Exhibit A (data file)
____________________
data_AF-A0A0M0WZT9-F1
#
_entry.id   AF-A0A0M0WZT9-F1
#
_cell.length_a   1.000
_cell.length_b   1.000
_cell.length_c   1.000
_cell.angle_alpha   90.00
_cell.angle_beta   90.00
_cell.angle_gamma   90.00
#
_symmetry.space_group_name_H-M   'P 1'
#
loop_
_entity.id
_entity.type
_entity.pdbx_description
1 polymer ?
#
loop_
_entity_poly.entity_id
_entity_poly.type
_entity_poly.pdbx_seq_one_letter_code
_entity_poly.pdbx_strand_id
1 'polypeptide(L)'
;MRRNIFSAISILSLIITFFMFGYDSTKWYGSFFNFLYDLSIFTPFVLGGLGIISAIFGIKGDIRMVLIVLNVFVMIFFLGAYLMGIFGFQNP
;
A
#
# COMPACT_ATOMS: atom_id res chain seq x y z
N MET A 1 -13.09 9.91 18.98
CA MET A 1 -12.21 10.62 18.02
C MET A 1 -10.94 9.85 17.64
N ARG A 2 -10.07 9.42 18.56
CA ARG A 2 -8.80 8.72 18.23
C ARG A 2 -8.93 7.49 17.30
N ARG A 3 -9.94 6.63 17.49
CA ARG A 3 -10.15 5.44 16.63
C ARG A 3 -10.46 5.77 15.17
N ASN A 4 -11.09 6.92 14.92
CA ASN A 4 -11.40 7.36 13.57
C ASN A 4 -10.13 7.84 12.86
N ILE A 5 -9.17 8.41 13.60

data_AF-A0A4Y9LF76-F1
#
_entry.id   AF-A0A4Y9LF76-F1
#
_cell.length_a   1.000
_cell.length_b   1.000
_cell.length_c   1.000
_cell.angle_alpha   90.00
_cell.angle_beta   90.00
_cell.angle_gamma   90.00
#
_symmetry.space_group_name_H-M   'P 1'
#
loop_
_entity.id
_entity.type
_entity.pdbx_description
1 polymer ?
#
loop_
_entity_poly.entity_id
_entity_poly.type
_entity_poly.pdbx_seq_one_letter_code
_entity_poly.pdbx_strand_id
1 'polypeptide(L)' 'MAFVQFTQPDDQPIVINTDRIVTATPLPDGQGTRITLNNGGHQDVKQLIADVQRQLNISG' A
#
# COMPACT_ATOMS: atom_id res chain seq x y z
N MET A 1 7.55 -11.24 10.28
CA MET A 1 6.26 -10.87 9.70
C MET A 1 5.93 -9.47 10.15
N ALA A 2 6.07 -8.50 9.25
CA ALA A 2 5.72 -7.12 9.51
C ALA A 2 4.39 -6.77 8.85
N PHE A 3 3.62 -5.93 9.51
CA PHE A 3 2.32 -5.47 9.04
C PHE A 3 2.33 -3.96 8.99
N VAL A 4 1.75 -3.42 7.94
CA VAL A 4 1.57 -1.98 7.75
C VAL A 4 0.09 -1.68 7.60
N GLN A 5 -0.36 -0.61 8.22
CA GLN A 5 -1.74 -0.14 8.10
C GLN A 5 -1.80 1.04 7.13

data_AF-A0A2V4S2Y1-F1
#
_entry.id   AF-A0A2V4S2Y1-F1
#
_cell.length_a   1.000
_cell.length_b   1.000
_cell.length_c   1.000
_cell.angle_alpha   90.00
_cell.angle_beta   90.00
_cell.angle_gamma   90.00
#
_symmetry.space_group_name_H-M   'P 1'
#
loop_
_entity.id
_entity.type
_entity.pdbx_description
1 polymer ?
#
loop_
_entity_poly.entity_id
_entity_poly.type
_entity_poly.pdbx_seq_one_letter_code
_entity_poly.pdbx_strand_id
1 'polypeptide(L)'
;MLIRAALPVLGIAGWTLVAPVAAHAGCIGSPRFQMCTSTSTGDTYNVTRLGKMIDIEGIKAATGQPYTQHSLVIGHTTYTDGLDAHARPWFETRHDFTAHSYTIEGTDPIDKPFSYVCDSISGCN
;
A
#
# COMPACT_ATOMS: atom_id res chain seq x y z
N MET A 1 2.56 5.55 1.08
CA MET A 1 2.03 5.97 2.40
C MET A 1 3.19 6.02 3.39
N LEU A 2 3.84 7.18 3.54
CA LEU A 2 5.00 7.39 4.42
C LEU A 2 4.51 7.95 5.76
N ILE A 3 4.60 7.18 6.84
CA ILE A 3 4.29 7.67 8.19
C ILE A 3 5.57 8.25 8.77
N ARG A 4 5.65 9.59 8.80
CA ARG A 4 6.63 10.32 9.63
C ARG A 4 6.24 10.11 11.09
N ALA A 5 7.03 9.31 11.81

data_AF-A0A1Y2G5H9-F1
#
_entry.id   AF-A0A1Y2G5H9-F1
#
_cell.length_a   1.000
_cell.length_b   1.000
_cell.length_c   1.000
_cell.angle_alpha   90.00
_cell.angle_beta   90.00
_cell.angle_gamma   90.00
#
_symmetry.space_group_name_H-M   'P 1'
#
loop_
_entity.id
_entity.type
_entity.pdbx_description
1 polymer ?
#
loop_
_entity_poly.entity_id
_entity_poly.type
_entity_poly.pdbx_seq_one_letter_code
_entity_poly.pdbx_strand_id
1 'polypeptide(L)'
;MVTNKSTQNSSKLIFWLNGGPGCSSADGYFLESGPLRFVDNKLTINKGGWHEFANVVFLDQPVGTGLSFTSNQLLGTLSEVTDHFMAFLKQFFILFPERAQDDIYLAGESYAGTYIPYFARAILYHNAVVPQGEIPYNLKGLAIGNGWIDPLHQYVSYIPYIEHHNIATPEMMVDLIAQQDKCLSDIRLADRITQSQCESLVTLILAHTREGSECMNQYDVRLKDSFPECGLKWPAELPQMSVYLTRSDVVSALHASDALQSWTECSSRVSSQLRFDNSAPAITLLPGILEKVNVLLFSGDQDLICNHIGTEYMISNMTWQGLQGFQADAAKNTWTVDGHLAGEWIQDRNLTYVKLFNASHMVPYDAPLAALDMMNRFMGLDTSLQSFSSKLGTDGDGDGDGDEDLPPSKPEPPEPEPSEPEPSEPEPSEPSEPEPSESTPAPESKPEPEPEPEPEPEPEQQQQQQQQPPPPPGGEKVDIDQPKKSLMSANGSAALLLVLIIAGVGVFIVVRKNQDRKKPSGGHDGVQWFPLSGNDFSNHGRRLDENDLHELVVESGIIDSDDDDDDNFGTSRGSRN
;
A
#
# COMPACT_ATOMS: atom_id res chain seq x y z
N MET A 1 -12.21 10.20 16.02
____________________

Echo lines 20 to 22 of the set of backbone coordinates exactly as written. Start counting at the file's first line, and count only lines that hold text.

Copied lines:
loop_
_entity_poly.entity_id
_entity_poly.type